- Descriptions of these locations, together with other interesting information may be found here.
- The Artifacts in Lost Alpha do not have the same properties as artifacts in the original game. Many have more in common with the rebalanced properties seen in S.T.A.L.K.E.R.: Clear Sky and S.T.A.L.K.E.R.: Call of Pripyat.
- Other, more esoteric artifacts exist due to the (re)-introduction of the Artifact Merger resulting in a more diverse set of artifacts, some with quite varied properties.
- See also Artifacts.
Many cues have been taken from original STALKER alpha and beta footage and Clear Sky and Call of Pripyat. There are more and stranger anomalies than in the original Shadow of Chernobyl.
- The player's perception of Radiation is more in keeping with that experienced in the later canon games where increased radiation 'darkens' the screen. This is the opposite effect to that portrayed in the release build of Shadow of Chernobyl where radiation was presented as a 'white-out' in severe instances.
Mutants and Wildlife Edit
- As mentioned in the Overview there is a pretty eclectic mutant population in the Lost Alpha Zone. Most of these are best dealt with using small arms, a silent pistol is especially effective due to its ease of upgrade and low cost of maintenance.
- Most of the audio cues and behavioral characteristics for the wildlife remain very similar to those seen in SoC, but there are differences:
- Blind dogs now have a 'whistle' which they seem to use in echo location. Although effective, the player may exploit a weakness of this ability by hiding in a bush and remaining motionless until the beasts lose the 'audio scent'.
- Bloodsuckers have now developed the ability to latch onto the player for a health-draining 'extraction', which they conclude with a heavy right hook combination that may prove fatal if damage prevention characteristics are insufficient.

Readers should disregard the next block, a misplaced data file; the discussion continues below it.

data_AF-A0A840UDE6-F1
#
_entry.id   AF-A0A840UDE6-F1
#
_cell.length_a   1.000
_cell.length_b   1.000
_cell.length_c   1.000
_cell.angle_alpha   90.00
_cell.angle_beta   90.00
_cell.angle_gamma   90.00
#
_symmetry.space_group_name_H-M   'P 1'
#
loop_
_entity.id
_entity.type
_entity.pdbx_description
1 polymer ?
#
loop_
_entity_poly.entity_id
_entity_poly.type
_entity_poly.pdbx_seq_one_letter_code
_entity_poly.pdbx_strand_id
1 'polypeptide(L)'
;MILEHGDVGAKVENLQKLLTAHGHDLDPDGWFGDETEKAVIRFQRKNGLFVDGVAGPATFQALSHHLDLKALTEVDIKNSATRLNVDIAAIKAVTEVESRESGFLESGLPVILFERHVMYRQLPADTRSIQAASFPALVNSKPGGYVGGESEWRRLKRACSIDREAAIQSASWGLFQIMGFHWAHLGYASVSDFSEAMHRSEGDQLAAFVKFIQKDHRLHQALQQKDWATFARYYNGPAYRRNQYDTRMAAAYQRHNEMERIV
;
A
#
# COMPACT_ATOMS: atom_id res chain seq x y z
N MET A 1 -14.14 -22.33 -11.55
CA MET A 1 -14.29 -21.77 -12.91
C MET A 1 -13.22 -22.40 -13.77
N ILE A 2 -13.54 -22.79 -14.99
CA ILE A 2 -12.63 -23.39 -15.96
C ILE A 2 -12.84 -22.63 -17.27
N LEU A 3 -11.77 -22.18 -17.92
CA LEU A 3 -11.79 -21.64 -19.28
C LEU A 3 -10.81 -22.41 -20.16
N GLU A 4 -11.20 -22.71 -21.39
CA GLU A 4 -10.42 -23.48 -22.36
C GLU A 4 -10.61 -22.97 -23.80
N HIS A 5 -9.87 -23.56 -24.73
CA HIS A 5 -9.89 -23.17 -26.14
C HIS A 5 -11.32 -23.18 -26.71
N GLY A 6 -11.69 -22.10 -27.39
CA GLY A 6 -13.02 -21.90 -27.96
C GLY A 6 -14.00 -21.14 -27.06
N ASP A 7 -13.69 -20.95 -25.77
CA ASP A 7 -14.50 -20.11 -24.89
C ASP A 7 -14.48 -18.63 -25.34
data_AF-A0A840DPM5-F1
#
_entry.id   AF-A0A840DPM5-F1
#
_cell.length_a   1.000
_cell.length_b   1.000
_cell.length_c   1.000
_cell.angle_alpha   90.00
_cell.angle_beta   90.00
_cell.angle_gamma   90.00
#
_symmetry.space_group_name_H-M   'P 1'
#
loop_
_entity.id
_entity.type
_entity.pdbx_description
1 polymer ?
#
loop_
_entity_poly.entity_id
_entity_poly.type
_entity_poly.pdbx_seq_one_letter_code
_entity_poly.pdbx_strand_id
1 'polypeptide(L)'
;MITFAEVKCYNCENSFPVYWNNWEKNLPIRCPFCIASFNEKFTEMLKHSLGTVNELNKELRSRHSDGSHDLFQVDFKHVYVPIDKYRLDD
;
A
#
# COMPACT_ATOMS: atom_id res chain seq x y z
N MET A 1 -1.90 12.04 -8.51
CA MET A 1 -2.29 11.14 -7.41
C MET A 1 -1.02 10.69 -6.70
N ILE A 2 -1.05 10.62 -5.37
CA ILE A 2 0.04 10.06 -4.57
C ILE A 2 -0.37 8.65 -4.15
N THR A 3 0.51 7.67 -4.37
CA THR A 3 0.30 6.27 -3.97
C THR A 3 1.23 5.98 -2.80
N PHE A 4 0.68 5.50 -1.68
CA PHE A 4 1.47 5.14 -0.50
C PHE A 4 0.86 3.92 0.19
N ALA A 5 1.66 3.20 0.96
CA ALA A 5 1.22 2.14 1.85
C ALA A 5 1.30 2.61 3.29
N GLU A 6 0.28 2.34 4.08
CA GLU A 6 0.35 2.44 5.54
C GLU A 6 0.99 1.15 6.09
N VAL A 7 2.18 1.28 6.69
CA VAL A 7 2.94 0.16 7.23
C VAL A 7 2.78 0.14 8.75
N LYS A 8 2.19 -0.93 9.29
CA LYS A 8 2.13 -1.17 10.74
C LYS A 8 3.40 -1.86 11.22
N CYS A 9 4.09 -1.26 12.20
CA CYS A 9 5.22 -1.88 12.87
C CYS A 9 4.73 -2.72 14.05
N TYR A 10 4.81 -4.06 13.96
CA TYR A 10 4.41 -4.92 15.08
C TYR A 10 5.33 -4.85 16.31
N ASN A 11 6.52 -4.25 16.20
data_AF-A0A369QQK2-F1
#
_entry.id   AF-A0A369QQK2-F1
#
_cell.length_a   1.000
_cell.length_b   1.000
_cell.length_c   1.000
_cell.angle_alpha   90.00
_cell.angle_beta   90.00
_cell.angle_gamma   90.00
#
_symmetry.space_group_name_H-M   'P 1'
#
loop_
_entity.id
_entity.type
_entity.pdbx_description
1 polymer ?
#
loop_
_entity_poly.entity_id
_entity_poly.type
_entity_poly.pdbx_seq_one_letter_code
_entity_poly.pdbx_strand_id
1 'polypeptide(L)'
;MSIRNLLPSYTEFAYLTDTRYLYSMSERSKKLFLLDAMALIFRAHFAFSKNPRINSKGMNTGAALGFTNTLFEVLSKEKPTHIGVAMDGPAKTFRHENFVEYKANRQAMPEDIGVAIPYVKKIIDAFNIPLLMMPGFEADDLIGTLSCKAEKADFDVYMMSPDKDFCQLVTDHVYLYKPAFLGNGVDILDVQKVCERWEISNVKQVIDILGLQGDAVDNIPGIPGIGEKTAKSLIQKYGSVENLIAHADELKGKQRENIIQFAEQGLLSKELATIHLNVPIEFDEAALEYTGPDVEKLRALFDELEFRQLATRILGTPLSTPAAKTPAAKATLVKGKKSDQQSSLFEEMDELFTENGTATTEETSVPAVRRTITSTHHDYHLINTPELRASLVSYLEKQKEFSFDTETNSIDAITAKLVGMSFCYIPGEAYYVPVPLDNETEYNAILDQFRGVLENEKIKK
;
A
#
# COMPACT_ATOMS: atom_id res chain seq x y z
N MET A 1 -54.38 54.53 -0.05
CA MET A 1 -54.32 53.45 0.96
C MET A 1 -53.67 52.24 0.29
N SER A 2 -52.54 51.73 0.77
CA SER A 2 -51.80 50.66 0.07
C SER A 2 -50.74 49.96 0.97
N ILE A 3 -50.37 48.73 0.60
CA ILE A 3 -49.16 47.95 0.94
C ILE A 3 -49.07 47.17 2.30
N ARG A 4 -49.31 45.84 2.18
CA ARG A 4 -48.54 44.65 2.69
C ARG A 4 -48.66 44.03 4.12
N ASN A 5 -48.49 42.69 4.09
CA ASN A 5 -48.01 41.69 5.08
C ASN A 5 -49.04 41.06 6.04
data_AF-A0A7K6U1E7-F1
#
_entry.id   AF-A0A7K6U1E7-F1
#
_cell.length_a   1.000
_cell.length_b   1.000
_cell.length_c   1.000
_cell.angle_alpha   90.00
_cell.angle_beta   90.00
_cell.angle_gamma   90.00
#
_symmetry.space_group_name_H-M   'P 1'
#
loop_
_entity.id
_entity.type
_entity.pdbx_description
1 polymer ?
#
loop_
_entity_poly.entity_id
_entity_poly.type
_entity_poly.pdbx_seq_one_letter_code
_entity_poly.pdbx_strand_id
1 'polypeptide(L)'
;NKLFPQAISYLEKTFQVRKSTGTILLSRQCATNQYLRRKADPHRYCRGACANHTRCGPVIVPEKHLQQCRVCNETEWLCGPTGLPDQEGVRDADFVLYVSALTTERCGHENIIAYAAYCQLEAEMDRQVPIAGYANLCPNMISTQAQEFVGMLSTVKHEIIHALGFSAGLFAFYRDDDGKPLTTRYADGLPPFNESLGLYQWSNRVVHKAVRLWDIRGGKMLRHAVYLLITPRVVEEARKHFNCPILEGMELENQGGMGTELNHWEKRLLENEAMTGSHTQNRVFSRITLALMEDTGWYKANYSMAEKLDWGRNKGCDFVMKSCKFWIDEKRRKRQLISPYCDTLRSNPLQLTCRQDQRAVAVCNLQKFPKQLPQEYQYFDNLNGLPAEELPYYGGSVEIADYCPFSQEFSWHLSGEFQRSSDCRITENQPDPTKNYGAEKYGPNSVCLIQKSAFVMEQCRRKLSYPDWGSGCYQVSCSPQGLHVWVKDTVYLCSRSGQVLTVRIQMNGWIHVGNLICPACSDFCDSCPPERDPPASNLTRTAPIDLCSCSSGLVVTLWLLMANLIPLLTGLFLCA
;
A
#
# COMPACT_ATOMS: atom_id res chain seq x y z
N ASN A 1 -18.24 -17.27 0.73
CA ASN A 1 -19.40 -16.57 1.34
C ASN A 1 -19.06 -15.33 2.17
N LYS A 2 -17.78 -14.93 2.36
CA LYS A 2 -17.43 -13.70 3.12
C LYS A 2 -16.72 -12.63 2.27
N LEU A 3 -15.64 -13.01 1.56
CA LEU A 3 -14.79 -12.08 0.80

- Fleshes always seem to be good for a Flesh Eye.
- The Pseudodog seem to fight less aggressively, is routinely terminated even with handguns (due to higher damage from the weapons) and only provide Pseudodog tails on rare occasions.
- Snorks seem unchanged from SoC, less hyperactive compared to CS specimens, best dealt with using more powerful weaponry and have a low probability of yielding a Snork foot.
- Burers are still a bit of a pain, can easily kill the unwary player, need to be approached quickly while they have their shield up and then dispatched with head shots as soon as it is removed. Dead Burers are a certainty for acquiring a Hand of a Burer.
- There is a Naked Burer towards the northern end of Forest. The body is still good for a Burer Hand.
- For Lost Alpha the little green-eyed dwarf-with-a-punch is designated as a Karlik. Specimens have been found with the Karlik's ear body part, but these are extremely rare.
- The Karlito appeared in early releases of the game, notably in the Pripyat Underground, but appears to have been deprecated subsequent to patch 1.3002.
- Boar are pretty much unchanged but are very unyielding of Boar's hoof trophies.